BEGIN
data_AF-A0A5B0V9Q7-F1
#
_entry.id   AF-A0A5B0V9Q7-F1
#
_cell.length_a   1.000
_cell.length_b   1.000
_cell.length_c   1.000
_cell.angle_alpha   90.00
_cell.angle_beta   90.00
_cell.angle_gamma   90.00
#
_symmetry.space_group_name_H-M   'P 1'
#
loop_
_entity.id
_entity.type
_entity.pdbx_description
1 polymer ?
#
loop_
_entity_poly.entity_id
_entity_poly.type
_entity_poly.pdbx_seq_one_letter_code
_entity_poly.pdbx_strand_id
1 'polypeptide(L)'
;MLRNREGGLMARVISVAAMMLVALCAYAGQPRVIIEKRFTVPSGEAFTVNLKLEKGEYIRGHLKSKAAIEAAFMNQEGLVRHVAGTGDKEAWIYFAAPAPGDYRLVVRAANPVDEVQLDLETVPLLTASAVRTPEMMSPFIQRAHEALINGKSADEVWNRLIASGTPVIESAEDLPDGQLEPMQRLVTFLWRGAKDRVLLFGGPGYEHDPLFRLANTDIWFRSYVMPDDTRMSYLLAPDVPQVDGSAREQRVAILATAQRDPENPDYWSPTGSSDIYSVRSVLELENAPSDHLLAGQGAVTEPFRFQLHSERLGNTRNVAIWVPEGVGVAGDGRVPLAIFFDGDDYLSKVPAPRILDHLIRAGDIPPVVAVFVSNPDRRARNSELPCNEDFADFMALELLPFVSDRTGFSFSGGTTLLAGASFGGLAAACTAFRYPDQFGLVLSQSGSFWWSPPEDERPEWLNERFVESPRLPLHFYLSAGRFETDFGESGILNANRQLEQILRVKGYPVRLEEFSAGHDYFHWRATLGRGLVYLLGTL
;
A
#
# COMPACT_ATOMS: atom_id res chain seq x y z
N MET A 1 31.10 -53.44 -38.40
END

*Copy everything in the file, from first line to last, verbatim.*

data_AF-A0A5B0V9Q7-F1
#
_entry.id   AF-A0A5B0V9Q7-F1
#
_cell.length_a   1.000
_cell.length_b   1.000
_cell.length_c   1.000
_cell.angle_alpha   90.00
_cell.angle_beta   90.00
_cell.angle_gamma   90.00
#
_symmetry.space_group_name_H-M   'P 1'
#
loop_
_entity.id
_entity.type
_entity.pdbx_description
1 polymer ?
#
loop_
_entity_poly.entity_id
_entity_poly.type
_entity_poly.pdbx_seq_one_letter_code
_entity_poly.pdbx_strand_id
1 'polypeptide(L)'
;MLRNREGGLMARVISVAAMMLVALCAYAGQPRVIIEKRFTVPSGEAFTVNLKLEKGEYIRGHLKSKAAIEAAFMNQEGLVRHVAGTGDKEAWIYFAAPAPGDYRLVVRAANPVDEVQLDLETVPLLTASAVRTPEMMSPFIQRAHEALINGKSADEVWNRLIASGTPVIESAEDLPDGQLEPMQRLVTFLWRGAKDRVLLFGGPGYEHDPLFRLANTDIWFRSYVMPDDTRMSYLLAPDVPQVDGSAREQRVAILATAQRDPENPDYWSPTGSSDIYSVRSVLELENAPSDHLLAGQGAVTEPFRFQLHSERLGNTRNVAIWVPEGVGVAGDGRVPLAIFFDGDDYLSKVPAPRILDHLIRAGDIPPVVAVFVSNPDRRARNSELPCNEDFADFMALELLPFVSDRTGFSFSGGTTLLAGASFGGLAAACTAFRYPDQFGLVLSQSGSFWWSPPEDERPEWLNERFVESPRLPLHFYLSAGRFETDFGESGILNANRQLEQILRVKGYPVRLEEFSAGHDYFHWRATLGRGLVYLLGTL
;
A
#
# COMPACT_ATOMS: atom_id res chain seq x y z
N MET A 1 31.10 -53.44 -38.40